'Poor Door' Separates Low-Income Renters From Rich Residents at Hawaii Development

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Plans for a development in Honolulu include a poor door. Condo owners and renters would use a separate entrance. GETTY

"Upstairs Downstairs" just went horizontal: A new Honolulu 429-unit development that includes a dog park and a pool will also feature a separate entrance for a smaller number of low-income renters to separate them from their richer, condo-owning neighbors.

Project managers say the so-called "poor door" in the proposed ProsPac Tower development will make it better for tenants because they won't have to share elevators with renters of the 78 units set aside as below-market-rate housing, according to the Honolulu Civil Beat.

Renters entering their apartments through the "poor door" won't have access to the dog park, pool, cabanas, and barbecue area, according to the Civil Beat. Daniel Simonich, the building's assistant project manager, told the paper, that the neighborhood should be considered an amenity.

"The renters won't have to face the burden of maintaining all those amenities because they will be separated," he said.

Simonich said the separate doors will make it easier to manage the residents who will have separate management companies and associations.

Critics say poor doors are offensive and stigmatizing around low-income housing.

"It segregates people in a very clear way," Victor Geminiani, co-executive director of the Hawaii Appleseed Center for Law and Justice, told the Civil Beat. "It runs contrary to Hawaii's values and I think American values."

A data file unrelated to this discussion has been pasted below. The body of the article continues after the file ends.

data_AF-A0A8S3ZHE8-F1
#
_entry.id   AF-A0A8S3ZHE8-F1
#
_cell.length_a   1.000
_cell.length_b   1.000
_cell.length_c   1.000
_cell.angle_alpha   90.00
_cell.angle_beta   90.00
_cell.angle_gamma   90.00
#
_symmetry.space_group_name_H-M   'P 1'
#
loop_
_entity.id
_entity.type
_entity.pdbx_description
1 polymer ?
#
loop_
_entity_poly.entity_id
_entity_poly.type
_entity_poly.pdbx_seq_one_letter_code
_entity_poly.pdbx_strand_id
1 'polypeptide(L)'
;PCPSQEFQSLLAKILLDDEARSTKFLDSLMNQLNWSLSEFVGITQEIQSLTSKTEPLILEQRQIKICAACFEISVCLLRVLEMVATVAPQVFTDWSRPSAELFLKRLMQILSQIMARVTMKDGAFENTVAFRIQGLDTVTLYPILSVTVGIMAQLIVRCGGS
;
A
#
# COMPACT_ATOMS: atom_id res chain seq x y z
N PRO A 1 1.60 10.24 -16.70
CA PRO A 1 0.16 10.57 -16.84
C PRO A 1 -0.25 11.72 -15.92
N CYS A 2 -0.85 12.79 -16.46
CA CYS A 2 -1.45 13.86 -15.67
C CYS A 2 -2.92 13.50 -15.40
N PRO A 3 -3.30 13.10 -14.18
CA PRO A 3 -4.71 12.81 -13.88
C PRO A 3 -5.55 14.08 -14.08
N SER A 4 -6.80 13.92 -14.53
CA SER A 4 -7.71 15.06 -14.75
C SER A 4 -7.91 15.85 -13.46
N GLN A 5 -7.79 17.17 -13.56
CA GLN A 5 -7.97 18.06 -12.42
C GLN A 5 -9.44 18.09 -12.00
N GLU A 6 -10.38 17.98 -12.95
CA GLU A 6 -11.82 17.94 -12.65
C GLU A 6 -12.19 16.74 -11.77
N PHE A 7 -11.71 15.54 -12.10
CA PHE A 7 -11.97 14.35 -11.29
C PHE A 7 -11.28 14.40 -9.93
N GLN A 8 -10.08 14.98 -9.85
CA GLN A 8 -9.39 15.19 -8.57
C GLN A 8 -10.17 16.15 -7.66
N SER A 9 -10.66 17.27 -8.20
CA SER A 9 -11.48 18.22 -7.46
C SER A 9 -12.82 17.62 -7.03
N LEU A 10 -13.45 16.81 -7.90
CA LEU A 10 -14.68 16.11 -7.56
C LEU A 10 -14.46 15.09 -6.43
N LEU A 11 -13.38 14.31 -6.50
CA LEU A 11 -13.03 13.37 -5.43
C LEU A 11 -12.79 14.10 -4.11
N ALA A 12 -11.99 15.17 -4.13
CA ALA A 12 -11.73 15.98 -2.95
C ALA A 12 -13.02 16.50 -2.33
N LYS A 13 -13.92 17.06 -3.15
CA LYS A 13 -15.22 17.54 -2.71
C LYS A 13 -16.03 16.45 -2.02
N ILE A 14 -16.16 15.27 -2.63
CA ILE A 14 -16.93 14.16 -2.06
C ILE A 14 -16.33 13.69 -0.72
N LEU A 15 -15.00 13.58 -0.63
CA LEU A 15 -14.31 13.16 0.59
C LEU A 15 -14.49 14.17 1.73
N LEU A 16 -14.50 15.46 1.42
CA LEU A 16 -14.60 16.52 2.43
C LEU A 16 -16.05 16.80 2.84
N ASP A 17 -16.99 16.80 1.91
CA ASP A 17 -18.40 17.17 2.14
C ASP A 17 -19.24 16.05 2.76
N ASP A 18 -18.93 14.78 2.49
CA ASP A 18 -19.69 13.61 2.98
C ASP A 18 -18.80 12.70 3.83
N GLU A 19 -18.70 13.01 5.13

Yup. Disgusting. https://t.co/KRTPSph5hg

— De'Adre Aziza (@DeadreAziza) November 21, 2017

It's not the first time the issue has come up nationally. In New York City, poor doors were banned in 2015 as a way to "fully integrate tenants," though the prohibition only applied to developments receiving tax breaks for including the so-called affordable units in luxury buildings.

The rule required developers to ensure that "affordable units shall share the same common entrances and common areas as market rate units."

The issue made headlines a year earlier when Extell, a development firm, built a luxury building in Lincoln Square with a "poor door." Residents on the wealthier side have access to two gyms, a pool, a movie theater, a bowling alley, a courtyard and 24/7 doormen, while the lower-income are not afforded the same luxuries. Lower-income residents at Extell also do not share the same address as their affluent neighbors.

The issue became so contentious that it earned national attention, with even Stephen Colbert joking about it on his late-night show.

"Now, poor doors are just the latest in a trend that helps us haves not have to see the have-nots," Colbert said. "I mean, we haves get skyboxes instead of bleachers, personal shoppers instead of going to a store, and at airports, first class has its own TSA lane."